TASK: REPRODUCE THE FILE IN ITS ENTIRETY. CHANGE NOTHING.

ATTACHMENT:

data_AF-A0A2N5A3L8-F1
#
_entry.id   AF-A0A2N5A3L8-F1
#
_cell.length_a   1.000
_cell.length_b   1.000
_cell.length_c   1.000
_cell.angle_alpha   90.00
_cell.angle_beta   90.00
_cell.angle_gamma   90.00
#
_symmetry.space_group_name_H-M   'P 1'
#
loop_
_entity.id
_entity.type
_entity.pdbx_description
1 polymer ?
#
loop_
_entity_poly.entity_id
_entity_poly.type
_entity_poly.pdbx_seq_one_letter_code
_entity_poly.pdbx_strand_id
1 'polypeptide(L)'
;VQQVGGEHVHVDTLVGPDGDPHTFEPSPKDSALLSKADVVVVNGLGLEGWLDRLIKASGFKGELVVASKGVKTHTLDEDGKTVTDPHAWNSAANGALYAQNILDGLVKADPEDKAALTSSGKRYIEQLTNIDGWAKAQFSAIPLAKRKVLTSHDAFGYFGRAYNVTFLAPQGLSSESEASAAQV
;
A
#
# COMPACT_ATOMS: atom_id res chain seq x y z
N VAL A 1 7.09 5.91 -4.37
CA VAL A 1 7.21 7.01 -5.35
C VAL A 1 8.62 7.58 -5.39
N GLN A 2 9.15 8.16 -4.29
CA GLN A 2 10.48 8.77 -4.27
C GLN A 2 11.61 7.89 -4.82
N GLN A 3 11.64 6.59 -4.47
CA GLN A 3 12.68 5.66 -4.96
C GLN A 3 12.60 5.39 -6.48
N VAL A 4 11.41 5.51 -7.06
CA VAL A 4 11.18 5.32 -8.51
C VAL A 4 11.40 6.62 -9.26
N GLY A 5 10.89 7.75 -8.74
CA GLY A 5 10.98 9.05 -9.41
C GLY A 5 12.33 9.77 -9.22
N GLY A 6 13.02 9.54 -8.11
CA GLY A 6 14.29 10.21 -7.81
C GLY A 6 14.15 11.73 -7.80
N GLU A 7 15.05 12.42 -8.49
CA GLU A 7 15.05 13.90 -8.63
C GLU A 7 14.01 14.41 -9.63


data_AF-A0A2N5A3L8-F1
#
_entry.id   AF-A0A2N5A3L8-F1
#
_cell.length_a   1.000
_cell.length_b   1.000
_cell.length_c   1.000
_cell.angle_alpha   90.00
_cell.angle_beta   90.00
_cell.angle_gamma   90.00
#
_symmetry.space_group_name_H-M   'P 1'
#
loop_
_entity.id
_entity.type
_entity.pdbx_description
1 polymer ?
#
loop_
_entity_poly.entity_id
_entity_poly.type
_entity_poly.pdbx_seq_one_letter_code
_entity_poly.pdbx_strand_id
1 'polypeptide(L)'
;VQQVGGEHVHVDTLVGPDGDPHTFEPSPKDSALLSKADVVVVNGLGLEGWLDRLIKASGFKGELVVASKGVKTHTLDEDGKTVTDPHAWNSAANGALYAQNILDGLVKADPEDKAALTSSGKRYIEQLTNIDGWAKAQFSAIPLAKRKVLTSHDAFGYFGRAYNVTFLAPQGLSSESEASAAQV
;
A
#
# COMPACT_ATOMS: atom_id res chain seq x y z
N VAL A 1 7.09 5.91 -4.37
CA VAL A 1 7.21 7.01 -5.35
C VAL A 1 8.62 7.58 -5.39
N GLN A 2 9.15 8.16 -4.29
CA GLN A 2 10.48 8.77 -4.27
C GLN A 2 11.61 7.89 -4.82
N GLN A 3 11.64 6.59 -4.47
CA GLN A 3 12.68 5.66 -4.96
C GLN A 3 12.60 5.39 -6.48
N VAL A 4 11.41 5.51 -7.06
CA VAL A 4 11.18 5.32 -8.51
C VAL A 4 11.40 6.62 -9.26
N GLY A 5 10.89 7.75 -8.74
CA GLY A 5 10.98 9.05 -9.41
C GLY A 5 12.33 9.77 -9.22
N GLY A 6 13.02 9.54 -8.11
CA GLY A 6 14.29 10.21 -7.81
C GLY A 6 14.15 11.73 -7.80
N GLU A 7 15.05 12.42 -8.49
CA GLU A 7 15.05 13.90 -8.63
C GLU A 7 14.01 14.41 -9.63